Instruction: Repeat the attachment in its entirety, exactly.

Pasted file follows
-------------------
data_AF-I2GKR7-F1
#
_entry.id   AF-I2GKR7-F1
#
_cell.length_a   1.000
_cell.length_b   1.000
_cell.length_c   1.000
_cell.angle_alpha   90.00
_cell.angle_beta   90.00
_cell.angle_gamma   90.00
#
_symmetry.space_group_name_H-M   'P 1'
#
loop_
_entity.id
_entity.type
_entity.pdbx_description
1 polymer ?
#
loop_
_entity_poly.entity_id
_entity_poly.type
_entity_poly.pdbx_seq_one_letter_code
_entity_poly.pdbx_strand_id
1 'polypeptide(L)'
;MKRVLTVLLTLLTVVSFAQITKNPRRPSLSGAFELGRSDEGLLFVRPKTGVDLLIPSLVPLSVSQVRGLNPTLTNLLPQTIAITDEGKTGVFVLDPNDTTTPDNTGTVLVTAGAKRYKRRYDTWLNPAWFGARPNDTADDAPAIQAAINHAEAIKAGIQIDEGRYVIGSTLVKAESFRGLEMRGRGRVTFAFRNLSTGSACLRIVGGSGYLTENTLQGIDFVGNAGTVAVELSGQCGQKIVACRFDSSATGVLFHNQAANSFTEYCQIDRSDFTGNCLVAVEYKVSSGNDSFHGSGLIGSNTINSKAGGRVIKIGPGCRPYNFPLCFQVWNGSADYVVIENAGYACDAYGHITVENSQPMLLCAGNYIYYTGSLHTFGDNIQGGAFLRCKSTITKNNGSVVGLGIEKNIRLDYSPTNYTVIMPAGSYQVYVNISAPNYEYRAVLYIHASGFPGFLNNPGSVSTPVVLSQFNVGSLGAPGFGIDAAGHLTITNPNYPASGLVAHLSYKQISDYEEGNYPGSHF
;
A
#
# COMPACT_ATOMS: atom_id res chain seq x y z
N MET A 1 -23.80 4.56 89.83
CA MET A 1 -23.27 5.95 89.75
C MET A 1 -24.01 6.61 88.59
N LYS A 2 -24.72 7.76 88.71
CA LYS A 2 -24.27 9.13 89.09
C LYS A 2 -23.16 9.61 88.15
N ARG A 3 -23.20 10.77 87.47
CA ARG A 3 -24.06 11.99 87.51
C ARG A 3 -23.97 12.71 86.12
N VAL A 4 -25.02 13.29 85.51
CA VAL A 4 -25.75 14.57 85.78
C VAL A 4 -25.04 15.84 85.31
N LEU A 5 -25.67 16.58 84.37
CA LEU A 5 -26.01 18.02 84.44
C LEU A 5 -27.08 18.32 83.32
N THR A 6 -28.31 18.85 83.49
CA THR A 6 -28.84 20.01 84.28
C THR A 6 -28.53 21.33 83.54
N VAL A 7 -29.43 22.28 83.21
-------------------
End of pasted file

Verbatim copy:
data_AF-I2GKR7-F1
#
_entry.id   AF-I2GKR7-F1
#
_cell.length_a   1.000
_cell.length_b   1.000
_cell.length_c   1.000
_cell.angle_alpha   90.00
_cell.angle_beta   90.00
_cell.angle_gamma   90.00
#
_symmetry.space_group_name_H-M   'P 1'
#
loop_
_entity.id
_entity.type
_entity.pdbx_description
1 polymer ?
#
loop_
_entity_poly.entity_id
_entity_poly.type
_entity_poly.pdbx_seq_one_letter_code
_entity_poly.pdbx_strand_id
1 'polypeptide(L)'
;MKRVLTVLLTLLTVVSFAQITKNPRRPSLSGAFELGRSDEGLLFVRPKTGVDLLIPSLVPLSVSQVRGLNPTLTNLLPQTIAITDEGKTGVFVLDPNDTTTPDNTGTVLVTAGAKRYKRRYDTWLNPAWFGARPNDTADDAPAIQAAINHAEAIKAGIQIDEGRYVIGSTLVKAESFRGLEMRGRGRVTFAFRNLSTGSACLRIVGGSGYLTENTLQGIDFVGNAGTVAVELSGQCGQKIVACRFDSSATGVLFHNQAANSFTEYCQIDRSDFTGNCLVAVEYKVSSGNDSFHGSGLIGSNTINSKAGGRVIKIGPGCRPYNFPLCFQVWNGSADYVVIENAGYACDAYGHITVENSQPMLLCAGNYIYYTGSLHTFGDNIQGGAFLRCKSTITKNNGSVVGLGIEKNIRLDYSPTNYTVIMPAGSYQVYVNISAPNYEYRAVLYIHASGFPGFLNNPGSVSTPVVLSQFNVGSLGAPGFGIDAAGHLTITNPNYPASGLVAHLSYKQISDYEEGNYPGSHF
;
A
#
# COMPACT_ATOMS: atom_id res chain seq x y z
N MET A 1 -23.80 4.56 89.83
CA MET A 1 -23.27 5.95 89.75
C MET A 1 -24.01 6.61 88.59
N LYS A 2 -24.72 7.76 88.71
CA LYS A 2 -24.27 9.13 89.09
C LYS A 2 -23.16 9.61 88.15
N ARG A 3 -23.20 10.77 87.47
CA ARG A 3 -24.06 11.99 87.51
C ARG A 3 -23.97 12.71 86.12
N VAL A 4 -25.02 13.29 85.51
CA VAL A 4 -25.75 14.57 85.78
C VAL A 4 -25.04 15.84 85.31
N LEU A 5 -25.67 16.58 84.37
CA LEU A 5 -26.01 18.02 84.44
C LEU A 5 -27.08 18.32 83.32
N THR A 6 -28.31 18.85 83.49
CA THR A 6 -28.84 20.01 84.28
C THR A 6 -28.53 21.33 83.54
N VAL A 7 -29.43 22.28 83.21